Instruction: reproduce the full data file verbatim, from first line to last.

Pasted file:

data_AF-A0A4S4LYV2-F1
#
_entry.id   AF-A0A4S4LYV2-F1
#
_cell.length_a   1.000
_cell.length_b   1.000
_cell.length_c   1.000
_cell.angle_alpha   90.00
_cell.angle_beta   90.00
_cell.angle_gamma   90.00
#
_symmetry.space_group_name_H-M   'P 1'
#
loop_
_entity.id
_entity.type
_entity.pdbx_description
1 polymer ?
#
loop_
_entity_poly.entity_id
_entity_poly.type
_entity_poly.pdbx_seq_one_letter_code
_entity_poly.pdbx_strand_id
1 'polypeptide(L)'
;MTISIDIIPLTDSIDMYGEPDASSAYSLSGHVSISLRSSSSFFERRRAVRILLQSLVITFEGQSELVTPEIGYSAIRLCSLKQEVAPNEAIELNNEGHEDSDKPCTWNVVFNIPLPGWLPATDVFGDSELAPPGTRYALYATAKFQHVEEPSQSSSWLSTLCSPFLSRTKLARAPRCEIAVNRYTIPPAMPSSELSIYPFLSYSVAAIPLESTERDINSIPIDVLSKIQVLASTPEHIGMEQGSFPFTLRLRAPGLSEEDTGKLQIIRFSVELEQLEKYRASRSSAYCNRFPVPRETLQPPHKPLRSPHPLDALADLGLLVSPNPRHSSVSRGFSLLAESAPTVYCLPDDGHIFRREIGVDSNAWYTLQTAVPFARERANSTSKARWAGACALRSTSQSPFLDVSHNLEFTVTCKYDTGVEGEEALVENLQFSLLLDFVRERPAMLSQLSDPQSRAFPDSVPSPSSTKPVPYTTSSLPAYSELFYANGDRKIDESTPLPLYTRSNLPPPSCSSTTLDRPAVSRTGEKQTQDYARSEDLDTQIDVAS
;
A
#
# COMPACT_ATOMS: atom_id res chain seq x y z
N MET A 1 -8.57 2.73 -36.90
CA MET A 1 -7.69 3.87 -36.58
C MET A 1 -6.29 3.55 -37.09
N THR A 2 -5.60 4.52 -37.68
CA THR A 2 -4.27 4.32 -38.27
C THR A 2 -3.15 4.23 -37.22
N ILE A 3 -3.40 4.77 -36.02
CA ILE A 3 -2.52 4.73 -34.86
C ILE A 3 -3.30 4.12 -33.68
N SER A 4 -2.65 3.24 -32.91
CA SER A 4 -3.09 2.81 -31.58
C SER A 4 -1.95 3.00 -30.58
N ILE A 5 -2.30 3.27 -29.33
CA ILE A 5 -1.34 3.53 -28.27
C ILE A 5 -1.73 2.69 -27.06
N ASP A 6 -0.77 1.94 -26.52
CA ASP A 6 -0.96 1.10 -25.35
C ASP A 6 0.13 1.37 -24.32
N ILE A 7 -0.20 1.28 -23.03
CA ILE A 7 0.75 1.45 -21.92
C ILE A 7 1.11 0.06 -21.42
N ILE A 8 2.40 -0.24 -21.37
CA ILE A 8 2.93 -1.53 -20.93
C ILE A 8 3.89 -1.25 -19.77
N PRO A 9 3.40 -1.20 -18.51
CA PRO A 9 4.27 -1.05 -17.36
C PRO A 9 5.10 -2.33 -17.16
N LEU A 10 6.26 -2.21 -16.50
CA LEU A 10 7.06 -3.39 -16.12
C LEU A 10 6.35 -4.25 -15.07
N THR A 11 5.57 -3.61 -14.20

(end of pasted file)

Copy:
data_AF-A0A4S4LYV2-F1
#
_entry.id   AF-A0A4S4LYV2-F1
#
_cell.length_a   1.000
_cell.length_b   1.000
_cell.length_c   1.000
_cell.angle_alpha   90.00
_cell.angle_beta   90.00
_cell.angle_gamma   90.00
#
_symmetry.space_group_name_H-M   'P 1'
#
loop_
_entity.id
_entity.type
_entity.pdbx_description
1 polymer ?
#
loop_
_entity_poly.entity_id
_entity_poly.type
_entity_poly.pdbx_seq_one_letter_code
_entity_poly.pdbx_strand_id
1 'polypeptide(L)'
;MTISIDIIPLTDSIDMYGEPDASSAYSLSGHVSISLRSSSSFFERRRAVRILLQSLVITFEGQSELVTPEIGYSAIRLCSLKQEVAPNEAIELNNEGHEDSDKPCTWNVVFNIPLPGWLPATDVFGDSELAPPGTRYALYATAKFQHVEEPSQSSSWLSTLCSPFLSRTKLARAPRCEIAVNRYTIPPAMPSSELSIYPFLSYSVAAIPLESTERDINSIPIDVLSKIQVLASTPEHIGMEQGSFPFTLRLRAPGLSEEDTGKLQIIRFSVELEQLEKYRASRSSAYCNRFPVPRETLQPPHKPLRSPHPLDALADLGLLVSPNPRHSSVSRGFSLLAESAPTVYCLPDDGHIFRREIGVDSNAWYTLQTAVPFARERANSTSKARWAGACALRSTSQSPFLDVSHNLEFTVTCKYDTGVEGEEALVENLQFSLLLDFVRERPAMLSQLSDPQSRAFPDSVPSPSSTKPVPYTTSSLPAYSELFYANGDRKIDESTPLPLYTRSNLPPPSCSSTTLDRPAVSRTGEKQTQDYARSEDLDTQIDVAS
;
A
#
# COMPACT_ATOMS: atom_id res chain seq x y z
N MET A 1 -8.57 2.73 -36.90
CA MET A 1 -7.69 3.87 -36.58
C MET A 1 -6.29 3.55 -37.09
N THR A 2 -5.60 4.52 -37.68
CA THR A 2 -4.27 4.32 -38.27
C THR A 2 -3.15 4.23 -37.22
N ILE A 3 -3.40 4.77 -36.02
CA ILE A 3 -2.52 4.73 -34.86
C ILE A 3 -3.30 4.12 -33.68
N SER A 4 -2.65 3.24 -32.91
CA SER A 4 -3.09 2.81 -31.58
C SER A 4 -1.95 3.00 -30.58
N ILE A 5 -2.30 3.27 -29.33
CA ILE A 5 -1.34 3.53 -28.27
C ILE A 5 -1.73 2.69 -27.06
N ASP A 6 -0.77 1.94 -26.52
CA ASP A 6 -0.96 1.10 -25.35
C ASP A 6 0.13 1.37 -24.32
N ILE A 7 -0.20 1.28 -23.03
CA ILE A 7 0.75 1.45 -21.92
C ILE A 7 1.11 0.06 -21.42
N ILE A 8 2.40 -0.24 -21.37
CA ILE A 8 2.93 -1.53 -20.93
C ILE A 8 3.89 -1.25 -19.77
N PRO A 9 3.40 -1.20 -18.51
CA PRO A 9 4.27 -1.05 -17.36
C PRO A 9 5.10 -2.33 -17.16
N LEU A 10 6.26 -2.21 -16.50
CA LEU A 10 7.06 -3.39 -16.12
C LEU A 10 6.35 -4.25 -15.07
N THR A 11 5.57 -3.61 -14.20